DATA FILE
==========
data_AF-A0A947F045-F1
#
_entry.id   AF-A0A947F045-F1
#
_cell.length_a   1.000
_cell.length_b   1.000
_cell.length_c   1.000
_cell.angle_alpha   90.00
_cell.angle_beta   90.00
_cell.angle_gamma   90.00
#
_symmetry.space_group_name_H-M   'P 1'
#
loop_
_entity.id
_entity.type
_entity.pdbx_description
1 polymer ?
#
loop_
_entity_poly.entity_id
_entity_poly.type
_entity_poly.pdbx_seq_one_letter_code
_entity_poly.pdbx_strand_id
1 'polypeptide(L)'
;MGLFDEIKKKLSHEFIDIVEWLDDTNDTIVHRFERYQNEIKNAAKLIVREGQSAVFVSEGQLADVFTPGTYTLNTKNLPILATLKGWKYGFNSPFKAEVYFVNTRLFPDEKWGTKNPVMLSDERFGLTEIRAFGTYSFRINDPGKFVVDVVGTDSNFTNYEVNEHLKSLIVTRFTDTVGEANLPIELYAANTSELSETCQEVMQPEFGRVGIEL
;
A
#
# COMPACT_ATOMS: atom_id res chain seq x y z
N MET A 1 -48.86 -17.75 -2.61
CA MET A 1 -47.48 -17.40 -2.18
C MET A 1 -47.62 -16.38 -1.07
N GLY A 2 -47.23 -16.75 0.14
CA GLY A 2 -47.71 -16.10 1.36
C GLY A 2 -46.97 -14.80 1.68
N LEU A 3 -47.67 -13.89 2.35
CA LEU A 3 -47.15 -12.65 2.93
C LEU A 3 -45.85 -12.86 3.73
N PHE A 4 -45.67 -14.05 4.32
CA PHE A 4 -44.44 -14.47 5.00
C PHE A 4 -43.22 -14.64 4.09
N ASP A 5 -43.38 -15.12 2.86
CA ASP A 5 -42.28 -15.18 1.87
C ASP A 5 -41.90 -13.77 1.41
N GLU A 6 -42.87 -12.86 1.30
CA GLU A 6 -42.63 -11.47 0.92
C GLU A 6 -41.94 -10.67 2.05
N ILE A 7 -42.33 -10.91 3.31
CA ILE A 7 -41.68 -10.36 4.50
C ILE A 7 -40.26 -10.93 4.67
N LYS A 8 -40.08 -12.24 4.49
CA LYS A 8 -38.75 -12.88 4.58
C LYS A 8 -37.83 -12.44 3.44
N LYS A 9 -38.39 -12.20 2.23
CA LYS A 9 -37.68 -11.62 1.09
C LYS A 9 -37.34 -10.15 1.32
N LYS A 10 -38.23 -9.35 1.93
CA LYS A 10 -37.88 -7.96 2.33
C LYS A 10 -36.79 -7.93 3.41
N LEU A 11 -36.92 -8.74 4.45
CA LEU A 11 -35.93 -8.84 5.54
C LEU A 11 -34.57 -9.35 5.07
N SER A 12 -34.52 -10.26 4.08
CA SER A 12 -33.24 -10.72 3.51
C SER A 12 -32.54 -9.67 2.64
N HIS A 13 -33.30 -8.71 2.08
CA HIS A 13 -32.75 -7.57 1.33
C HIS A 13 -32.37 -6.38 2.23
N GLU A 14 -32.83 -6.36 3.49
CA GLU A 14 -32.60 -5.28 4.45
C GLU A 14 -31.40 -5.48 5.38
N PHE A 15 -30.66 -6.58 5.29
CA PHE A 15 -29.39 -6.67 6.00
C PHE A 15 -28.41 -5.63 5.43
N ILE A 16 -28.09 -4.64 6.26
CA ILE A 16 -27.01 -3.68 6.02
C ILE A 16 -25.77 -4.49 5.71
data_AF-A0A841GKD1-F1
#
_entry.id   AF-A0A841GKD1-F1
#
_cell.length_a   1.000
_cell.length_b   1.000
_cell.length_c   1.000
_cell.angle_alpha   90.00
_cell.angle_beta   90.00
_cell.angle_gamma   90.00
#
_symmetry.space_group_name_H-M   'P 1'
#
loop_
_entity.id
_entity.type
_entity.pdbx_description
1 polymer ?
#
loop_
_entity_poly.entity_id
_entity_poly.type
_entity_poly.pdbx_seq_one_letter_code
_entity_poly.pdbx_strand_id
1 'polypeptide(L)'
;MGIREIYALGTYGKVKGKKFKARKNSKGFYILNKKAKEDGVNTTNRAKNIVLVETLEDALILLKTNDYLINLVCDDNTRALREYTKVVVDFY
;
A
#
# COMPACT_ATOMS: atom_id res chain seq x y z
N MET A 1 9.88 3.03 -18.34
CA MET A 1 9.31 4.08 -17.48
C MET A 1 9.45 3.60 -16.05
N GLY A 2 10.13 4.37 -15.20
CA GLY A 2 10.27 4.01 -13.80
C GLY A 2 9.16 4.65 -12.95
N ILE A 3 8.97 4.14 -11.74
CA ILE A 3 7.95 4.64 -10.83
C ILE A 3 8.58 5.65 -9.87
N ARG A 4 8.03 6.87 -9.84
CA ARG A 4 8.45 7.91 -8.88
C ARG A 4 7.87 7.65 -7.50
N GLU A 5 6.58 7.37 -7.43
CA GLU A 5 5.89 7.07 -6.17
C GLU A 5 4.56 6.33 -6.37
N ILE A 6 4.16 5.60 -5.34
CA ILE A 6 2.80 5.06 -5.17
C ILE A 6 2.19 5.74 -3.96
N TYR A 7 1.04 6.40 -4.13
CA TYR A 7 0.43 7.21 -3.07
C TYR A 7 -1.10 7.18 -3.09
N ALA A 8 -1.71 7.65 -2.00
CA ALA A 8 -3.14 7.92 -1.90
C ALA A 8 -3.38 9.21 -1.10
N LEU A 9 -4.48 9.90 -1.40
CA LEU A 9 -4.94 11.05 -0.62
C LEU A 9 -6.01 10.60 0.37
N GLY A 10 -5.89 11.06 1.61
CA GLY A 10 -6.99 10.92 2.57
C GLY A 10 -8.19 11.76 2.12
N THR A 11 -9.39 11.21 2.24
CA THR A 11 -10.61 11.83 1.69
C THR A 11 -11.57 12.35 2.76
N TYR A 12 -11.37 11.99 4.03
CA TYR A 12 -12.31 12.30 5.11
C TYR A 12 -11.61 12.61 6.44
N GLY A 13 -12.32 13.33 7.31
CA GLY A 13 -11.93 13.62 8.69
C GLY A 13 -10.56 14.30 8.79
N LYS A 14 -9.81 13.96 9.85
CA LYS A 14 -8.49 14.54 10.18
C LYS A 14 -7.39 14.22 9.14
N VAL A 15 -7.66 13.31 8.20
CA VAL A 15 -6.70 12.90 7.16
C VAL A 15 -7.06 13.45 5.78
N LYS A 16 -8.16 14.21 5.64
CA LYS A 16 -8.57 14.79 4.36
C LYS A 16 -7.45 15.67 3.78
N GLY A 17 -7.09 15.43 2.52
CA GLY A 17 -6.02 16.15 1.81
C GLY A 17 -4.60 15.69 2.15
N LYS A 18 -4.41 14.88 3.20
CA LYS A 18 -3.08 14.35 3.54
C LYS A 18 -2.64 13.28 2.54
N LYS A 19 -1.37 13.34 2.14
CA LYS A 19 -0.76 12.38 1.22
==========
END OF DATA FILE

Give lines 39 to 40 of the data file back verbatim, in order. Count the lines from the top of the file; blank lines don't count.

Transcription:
C LEU A 3 -45.85 -12.86 3.73
N PHE A 4 -45.67 -14.05 4.32